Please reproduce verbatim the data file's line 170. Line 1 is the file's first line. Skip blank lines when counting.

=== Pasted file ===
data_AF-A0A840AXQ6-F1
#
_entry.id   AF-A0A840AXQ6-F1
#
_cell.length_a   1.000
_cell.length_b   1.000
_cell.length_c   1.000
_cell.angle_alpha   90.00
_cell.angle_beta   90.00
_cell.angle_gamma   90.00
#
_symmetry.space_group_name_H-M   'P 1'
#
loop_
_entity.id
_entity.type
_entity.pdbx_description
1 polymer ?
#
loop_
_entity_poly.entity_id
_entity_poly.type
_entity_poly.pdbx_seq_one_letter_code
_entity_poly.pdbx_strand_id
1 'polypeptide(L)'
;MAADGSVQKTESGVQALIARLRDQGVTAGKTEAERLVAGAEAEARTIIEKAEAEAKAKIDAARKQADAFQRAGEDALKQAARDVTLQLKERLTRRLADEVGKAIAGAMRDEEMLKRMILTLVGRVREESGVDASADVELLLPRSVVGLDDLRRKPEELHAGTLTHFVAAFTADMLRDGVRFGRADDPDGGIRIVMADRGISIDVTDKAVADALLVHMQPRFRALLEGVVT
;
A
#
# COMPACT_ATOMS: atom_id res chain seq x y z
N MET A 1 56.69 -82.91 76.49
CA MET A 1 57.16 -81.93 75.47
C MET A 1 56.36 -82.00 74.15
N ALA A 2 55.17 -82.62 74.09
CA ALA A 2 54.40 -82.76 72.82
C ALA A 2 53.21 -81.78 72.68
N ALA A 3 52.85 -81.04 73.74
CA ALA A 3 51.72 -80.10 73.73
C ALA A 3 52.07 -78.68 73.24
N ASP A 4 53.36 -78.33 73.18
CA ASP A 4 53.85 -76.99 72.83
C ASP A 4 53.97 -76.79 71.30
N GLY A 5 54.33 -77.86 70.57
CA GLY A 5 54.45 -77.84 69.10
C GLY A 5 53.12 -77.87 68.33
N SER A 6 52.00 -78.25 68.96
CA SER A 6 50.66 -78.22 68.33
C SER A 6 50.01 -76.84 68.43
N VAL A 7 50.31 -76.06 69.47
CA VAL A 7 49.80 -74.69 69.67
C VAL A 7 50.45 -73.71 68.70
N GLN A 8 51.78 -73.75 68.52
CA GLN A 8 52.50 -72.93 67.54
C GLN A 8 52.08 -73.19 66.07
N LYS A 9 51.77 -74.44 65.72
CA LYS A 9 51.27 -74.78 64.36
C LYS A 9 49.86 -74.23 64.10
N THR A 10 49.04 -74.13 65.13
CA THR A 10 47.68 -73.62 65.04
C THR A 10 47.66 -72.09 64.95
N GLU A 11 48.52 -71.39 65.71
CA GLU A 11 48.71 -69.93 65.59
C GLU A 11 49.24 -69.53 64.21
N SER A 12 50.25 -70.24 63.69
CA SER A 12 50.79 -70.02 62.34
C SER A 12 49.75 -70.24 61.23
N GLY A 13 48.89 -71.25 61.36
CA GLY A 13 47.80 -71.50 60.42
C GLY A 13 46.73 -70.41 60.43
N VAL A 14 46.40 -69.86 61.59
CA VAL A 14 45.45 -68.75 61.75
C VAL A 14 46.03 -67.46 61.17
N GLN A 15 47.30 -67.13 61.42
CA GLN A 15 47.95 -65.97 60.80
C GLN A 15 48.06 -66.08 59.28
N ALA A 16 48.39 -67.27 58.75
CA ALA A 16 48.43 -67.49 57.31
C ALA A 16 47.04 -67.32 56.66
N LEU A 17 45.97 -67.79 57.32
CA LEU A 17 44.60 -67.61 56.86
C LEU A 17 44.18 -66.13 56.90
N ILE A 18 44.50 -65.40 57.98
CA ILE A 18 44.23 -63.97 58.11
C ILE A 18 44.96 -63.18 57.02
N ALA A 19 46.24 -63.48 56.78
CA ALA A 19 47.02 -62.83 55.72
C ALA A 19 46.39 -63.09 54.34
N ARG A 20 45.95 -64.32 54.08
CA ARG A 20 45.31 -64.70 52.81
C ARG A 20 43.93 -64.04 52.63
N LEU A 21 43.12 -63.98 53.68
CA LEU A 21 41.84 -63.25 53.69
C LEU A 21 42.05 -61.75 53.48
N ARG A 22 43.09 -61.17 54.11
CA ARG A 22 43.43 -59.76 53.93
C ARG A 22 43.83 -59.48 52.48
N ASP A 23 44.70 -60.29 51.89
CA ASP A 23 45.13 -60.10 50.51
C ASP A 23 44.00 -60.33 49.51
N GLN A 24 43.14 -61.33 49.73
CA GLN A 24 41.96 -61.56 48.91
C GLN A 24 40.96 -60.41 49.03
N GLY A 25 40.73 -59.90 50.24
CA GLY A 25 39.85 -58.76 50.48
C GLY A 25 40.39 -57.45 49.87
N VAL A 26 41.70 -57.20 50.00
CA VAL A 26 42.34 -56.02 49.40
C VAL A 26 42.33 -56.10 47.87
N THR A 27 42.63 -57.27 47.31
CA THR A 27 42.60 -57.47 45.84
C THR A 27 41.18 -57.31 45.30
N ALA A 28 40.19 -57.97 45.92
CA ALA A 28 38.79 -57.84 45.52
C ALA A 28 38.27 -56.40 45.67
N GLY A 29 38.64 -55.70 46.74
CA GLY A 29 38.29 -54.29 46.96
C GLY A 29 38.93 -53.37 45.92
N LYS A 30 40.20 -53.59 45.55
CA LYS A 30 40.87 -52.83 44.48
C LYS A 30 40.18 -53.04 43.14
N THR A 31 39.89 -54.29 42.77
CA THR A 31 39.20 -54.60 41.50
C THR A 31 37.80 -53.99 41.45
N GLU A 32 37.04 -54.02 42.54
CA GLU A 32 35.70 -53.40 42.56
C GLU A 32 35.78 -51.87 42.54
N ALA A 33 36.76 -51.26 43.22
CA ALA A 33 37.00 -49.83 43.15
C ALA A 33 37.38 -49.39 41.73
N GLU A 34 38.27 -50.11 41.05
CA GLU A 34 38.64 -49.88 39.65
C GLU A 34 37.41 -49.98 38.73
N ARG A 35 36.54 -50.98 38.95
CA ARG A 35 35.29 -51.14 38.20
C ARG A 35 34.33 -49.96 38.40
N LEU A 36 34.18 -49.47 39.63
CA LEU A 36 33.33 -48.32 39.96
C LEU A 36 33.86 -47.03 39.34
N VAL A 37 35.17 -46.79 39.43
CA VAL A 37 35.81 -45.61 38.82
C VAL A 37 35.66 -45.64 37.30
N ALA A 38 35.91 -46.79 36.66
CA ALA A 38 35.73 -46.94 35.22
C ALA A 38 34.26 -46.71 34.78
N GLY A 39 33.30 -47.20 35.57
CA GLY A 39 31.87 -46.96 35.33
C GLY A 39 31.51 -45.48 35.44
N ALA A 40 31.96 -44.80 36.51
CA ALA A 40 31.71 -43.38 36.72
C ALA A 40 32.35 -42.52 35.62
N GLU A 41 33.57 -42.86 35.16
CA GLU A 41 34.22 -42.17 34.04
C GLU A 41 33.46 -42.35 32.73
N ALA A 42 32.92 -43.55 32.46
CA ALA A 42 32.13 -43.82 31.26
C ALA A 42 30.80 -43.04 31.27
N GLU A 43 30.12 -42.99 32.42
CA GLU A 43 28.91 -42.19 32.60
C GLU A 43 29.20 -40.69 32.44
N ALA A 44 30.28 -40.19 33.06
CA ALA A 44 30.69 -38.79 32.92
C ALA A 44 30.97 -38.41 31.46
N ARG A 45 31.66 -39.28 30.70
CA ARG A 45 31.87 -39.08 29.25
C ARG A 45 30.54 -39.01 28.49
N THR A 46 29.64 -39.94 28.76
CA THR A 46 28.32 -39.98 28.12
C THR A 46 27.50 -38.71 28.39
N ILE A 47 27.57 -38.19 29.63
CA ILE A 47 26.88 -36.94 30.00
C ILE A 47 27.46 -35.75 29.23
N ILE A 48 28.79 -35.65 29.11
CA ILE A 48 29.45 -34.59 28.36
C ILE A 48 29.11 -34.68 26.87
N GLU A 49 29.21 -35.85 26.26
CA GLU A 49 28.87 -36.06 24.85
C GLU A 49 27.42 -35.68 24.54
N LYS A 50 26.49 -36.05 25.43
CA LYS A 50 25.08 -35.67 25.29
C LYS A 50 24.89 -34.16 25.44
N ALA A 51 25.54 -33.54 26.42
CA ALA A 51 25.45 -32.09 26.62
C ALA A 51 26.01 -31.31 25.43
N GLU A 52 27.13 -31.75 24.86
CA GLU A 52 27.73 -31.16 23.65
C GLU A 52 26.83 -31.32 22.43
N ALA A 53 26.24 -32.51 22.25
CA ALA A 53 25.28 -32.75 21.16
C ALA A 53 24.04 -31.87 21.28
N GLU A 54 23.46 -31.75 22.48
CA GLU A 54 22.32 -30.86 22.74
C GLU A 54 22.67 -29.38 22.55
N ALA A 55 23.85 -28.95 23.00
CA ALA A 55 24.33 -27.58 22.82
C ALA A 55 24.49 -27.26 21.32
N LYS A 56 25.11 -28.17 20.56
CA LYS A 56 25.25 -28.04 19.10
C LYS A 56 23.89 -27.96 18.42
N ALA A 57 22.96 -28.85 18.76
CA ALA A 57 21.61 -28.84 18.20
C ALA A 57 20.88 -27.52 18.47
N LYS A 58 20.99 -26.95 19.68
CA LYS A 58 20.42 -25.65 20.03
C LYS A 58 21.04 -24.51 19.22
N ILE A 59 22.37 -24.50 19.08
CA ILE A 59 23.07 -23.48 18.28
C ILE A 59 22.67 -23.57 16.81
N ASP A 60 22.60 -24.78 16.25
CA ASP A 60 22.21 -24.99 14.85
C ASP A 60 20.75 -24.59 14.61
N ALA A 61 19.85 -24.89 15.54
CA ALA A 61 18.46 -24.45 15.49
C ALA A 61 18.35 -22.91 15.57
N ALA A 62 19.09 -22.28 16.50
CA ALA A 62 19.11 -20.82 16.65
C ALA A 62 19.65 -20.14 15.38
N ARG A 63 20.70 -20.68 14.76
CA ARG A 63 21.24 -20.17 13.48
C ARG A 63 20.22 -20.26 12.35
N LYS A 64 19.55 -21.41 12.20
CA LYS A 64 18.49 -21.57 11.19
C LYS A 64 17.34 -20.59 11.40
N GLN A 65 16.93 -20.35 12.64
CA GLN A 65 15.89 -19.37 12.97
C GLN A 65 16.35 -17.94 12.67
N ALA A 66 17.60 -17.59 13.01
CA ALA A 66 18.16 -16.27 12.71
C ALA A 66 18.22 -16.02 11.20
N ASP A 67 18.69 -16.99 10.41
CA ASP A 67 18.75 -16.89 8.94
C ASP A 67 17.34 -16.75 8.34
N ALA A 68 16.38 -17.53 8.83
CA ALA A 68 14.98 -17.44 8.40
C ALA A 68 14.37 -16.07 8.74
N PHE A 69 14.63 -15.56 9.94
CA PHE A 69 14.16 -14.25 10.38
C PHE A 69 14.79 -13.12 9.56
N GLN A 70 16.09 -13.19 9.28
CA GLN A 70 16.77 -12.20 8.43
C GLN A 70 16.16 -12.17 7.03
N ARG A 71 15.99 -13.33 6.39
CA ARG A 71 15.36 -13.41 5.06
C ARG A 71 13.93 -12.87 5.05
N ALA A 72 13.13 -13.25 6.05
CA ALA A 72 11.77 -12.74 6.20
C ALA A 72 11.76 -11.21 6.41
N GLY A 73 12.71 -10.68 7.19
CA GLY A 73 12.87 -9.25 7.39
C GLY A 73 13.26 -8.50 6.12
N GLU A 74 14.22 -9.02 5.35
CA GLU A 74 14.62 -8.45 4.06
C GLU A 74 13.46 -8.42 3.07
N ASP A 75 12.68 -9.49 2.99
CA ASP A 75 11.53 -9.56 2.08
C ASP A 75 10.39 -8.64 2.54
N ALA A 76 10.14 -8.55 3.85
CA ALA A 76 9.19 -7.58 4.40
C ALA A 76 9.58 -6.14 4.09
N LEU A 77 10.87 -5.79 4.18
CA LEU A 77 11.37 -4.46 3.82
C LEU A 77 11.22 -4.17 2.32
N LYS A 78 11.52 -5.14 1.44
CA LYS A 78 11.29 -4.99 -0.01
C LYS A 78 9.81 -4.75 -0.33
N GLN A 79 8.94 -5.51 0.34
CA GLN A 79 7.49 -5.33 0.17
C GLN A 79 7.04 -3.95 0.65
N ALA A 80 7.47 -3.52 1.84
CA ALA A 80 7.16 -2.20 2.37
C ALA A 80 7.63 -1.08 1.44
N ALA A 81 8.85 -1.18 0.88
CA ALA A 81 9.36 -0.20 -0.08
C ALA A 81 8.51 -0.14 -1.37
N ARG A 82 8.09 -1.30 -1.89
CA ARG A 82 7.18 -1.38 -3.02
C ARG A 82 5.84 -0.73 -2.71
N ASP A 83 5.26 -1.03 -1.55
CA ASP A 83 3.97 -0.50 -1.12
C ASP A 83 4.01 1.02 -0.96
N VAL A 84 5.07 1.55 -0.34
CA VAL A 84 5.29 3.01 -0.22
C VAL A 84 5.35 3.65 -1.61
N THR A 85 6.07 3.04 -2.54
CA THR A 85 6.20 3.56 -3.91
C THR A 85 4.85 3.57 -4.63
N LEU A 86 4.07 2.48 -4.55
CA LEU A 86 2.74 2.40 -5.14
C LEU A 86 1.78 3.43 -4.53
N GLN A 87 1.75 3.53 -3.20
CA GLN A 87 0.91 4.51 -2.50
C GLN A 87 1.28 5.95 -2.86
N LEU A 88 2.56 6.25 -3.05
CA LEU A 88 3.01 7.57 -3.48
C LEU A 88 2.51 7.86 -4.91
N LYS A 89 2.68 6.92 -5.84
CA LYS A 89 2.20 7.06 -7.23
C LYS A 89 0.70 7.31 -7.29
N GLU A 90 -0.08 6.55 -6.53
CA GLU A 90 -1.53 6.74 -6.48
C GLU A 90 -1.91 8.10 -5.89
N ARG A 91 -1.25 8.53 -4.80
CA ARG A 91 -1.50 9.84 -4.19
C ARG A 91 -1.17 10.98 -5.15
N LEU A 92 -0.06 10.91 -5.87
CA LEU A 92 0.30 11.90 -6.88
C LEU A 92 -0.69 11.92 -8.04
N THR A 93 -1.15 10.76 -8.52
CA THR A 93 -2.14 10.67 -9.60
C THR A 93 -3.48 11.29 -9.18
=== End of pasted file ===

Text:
CA ILE A 47 26.88 -36.94 30.00